Saturday, July 12, 2014

Stale Bread Crohn's Cure?

So a while ago there was this article that was posted that talked about how a 78 year old man named Roy Anderson who had Crohn's for over 40 years. over in Ireland was able to relieve his Crohn's pain by eating stale bread.

How he actually made his treatment by taking sliced bread for seven days and poured milk over the stale bread and heated it in the microwave before he ate it. It is important to point out that he didn't eat anything the day before in order for probably the treatment to be more effective. The article also mentions that 90% of severe Crohn's patients improved after going on a special liquid diet.  The liquid diet is the basic nutrients which starves bacteria in the colon. Right after he act the bread he didn't have any pain and had normal bowel movements.

The fact that Roy Anderson has gone a year without any stomach pain is quite interesting. It would be curious for other Crohn's patients to try this in order to see if it has any benefit. I don't think it will help everyone who has Crohn's but could possibly help some Crohn's patients. A doctor in one of the article I read said he didn't believe it would help anyone else. It would be interesting to have a small group of patients try this to see if it is effective and helps symptoms. What is interesting is that many Crohn's patients try to stay away from carbohydrates and this treatment would be taking an aged carbohydrate. I personally doubt stale bread will help cure Crohn's (although I would like to see what a colonoscopy of this guy looked like before and after treatment).

Sunday, July 6, 2014

Thalidomide and Crohn's (An Update): 3 Patients in Remission Long Term Study

I wrote this blog post about thalidomide a while ago and it seems as if now thalidomide may possibly be a treatment for Crohn's. This recent study in the July 2014 edition of Journal of Clinical Gastroenterology (if you want something to read before bed) found 3 patients who took thalidomide. All patients achieved a complete clinical remission and showed endoscopic evidence of healing. The dosage amount that patients took was between 50 and 150 mg/d. Treatment ranged from 4-8 years (which is very long for a clinical trial). 2 patients had perianal fistuals and the other patient had upper gastrointestinal Crohn's lesions and an inflammatory ileocolonic stricture. There were some side effects such as drowsiness, peripheral neuropathy. Peripheral neuropathy was reported in half of the patients (however is reversible once the medication is stopped). The rule seems to be once patients have a cumulative dosage of 50 grams of thalidomide then neuropathy occurs. Patients also have to be careful in not trying to conceive during the treatment or 6 months after ending the drug.

In the same issue of Journal of Clinical Gastroenterology is a letter from someone discussing the possible future for thalidomide. In one study with 12 male patients who had low doses of thalidomide (50-100 mg) daily 70% of patients had a response with 20% getting to remission in 3 months. In another study however when the dosage was increased to 300 mg each night 75% of patients responded within 1 month and 40% were in remission by 3 months. In a multicenter, double blind, placebo controlled (these types of studies are considered the gold standard when doing clinical trials) in 56 children showed that 46% of children achieved remission compared to a 12% placebo. The patients who were given the placebo were given thalidomide 52% of these patients achieved remission.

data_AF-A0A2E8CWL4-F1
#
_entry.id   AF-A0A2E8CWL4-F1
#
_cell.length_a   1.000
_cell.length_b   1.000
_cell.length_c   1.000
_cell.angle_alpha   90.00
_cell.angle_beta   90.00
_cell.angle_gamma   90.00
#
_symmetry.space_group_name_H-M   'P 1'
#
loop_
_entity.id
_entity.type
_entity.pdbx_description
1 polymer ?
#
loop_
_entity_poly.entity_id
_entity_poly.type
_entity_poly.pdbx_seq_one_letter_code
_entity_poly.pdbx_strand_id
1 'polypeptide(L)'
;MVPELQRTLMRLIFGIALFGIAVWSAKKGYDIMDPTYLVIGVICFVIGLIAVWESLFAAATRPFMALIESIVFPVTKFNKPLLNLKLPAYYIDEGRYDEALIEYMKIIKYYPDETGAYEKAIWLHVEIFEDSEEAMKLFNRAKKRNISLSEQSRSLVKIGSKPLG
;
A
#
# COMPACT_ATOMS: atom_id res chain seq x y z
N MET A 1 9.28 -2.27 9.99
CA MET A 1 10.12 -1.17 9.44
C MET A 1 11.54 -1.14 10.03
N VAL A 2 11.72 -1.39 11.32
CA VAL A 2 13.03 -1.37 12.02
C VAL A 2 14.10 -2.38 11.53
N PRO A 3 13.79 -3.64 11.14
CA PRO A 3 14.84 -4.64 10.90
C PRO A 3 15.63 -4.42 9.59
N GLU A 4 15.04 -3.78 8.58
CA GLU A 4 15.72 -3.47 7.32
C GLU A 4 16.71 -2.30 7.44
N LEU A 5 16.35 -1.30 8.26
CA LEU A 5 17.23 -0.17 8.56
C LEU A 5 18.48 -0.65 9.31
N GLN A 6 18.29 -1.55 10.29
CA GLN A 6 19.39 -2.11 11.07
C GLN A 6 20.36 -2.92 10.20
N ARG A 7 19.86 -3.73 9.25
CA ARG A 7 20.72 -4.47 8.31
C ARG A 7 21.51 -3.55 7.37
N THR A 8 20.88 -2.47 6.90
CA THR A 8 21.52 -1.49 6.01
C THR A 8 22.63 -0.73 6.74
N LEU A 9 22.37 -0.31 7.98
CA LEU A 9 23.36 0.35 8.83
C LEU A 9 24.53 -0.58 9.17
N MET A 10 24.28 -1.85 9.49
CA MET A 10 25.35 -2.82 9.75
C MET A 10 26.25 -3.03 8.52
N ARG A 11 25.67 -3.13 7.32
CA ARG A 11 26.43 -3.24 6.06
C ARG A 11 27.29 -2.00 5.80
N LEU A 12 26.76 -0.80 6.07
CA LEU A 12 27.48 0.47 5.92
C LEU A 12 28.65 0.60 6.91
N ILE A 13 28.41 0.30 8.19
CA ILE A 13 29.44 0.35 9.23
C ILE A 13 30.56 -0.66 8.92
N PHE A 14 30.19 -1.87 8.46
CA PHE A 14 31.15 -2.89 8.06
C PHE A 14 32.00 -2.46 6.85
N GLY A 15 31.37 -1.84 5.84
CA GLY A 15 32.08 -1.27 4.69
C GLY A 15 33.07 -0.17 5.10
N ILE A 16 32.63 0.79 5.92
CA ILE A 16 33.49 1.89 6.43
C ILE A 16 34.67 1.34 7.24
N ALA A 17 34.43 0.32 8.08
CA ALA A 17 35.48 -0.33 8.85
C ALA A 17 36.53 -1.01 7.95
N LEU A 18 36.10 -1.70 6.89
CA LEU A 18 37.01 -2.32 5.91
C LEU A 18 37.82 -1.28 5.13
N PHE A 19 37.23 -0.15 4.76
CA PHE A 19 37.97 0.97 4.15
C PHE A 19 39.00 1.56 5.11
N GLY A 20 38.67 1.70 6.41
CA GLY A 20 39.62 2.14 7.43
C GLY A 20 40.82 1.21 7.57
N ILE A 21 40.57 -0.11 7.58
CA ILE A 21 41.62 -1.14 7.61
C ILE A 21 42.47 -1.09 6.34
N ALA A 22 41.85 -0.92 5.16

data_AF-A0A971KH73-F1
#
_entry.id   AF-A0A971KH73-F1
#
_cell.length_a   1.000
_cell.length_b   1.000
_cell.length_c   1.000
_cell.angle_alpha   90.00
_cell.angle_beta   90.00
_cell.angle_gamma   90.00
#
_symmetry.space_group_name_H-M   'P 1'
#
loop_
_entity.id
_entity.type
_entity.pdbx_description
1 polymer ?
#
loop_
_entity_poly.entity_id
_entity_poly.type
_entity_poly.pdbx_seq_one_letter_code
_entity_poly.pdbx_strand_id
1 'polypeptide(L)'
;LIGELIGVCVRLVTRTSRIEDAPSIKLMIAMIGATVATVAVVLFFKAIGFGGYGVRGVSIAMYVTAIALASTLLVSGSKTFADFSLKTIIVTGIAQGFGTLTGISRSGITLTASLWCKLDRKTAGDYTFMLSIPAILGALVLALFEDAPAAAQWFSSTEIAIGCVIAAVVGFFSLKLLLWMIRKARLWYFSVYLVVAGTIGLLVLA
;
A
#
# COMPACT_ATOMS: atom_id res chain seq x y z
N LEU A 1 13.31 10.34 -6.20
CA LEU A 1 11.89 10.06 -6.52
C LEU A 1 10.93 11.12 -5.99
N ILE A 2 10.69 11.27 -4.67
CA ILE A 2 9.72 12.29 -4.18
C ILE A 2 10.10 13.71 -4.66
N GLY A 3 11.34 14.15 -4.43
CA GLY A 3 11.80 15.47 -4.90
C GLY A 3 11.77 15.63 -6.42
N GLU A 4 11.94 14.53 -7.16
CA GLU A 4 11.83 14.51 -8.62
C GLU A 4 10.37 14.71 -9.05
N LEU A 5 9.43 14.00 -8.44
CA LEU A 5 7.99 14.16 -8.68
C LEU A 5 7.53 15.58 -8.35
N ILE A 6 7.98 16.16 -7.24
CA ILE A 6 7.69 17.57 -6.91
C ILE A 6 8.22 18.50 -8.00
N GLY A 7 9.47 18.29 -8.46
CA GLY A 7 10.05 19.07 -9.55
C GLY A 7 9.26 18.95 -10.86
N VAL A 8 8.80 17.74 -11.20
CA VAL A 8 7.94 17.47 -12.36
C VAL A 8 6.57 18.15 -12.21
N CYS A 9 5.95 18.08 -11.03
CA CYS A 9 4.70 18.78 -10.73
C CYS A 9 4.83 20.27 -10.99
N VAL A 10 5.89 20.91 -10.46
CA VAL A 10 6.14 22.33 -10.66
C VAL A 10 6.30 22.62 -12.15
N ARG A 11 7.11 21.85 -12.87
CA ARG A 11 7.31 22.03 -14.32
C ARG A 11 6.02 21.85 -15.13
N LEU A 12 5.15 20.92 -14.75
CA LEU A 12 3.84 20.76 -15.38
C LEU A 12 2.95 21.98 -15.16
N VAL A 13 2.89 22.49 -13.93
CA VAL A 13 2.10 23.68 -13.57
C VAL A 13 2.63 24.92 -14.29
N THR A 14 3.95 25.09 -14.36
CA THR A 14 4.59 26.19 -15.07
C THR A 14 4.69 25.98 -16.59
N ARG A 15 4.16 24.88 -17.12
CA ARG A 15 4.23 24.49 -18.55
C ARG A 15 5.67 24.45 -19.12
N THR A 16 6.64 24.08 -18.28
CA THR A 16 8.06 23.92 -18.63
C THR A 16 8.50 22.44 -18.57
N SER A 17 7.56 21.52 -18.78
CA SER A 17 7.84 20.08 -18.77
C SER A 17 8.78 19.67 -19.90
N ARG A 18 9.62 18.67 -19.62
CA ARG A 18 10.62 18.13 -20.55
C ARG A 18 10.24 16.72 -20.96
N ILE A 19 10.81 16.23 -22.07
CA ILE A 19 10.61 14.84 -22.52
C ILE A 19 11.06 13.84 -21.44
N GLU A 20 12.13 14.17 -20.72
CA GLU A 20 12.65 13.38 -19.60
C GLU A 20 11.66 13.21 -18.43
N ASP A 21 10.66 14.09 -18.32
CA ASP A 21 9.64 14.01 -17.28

Thalidomide which was thought of as one of the worse drugs ever created caused some serious birth defects for women that took the drug. These days thalidomide is making a come back and is used to treat a wide range of diseases such as multiple myeloma, cancers, HIV, rheumatoid arthritis. Now it looks like Crohn's may have a role for Crohn's patients especially for patients that are having a flare up for a short period of time. Also patients who are older with Crohn's would benefit since they are not likely to conceive. I hope more studies can be done to show how this drug could help many people.  

Friday, June 20, 2014

Top 10 Ways To Improve Crohn's Symptoms: My Own Experience

So having Crohn's since December 2011 I thought I would publish a list of what I have learned over the years. This is only for educational purposes and is does not constitute medical advice.

1. Take your medications! (even if you feel fine)
2. Make sure you get sleep-research shows it predicts flares
3. Find a good gastroentrologist or internal medicine doctor (check to make sure they are board certified  gastroenterology (here is a link to check)-usually doctors train first in internal medicine and then specialize in gastroenterology
4. When it is cold swim in cold water I have found this helps and do did this guy
5. When eating do what I call the greasy bag test-picture the food being placed in a bag and think of how much grease will it create and then think of the bag as a your digestive system
6. Work out and exercise when you are not tired
7. If you are having a flare make sure you see your doctor as soon as you can-waiting can cause more complications and problems
8. Don't get down-the last couple of years we have seen so many new drugs (with more to come) to treat Crohn's and ulcerative colitis-not to mention surgery for IBD has become less invasive over the years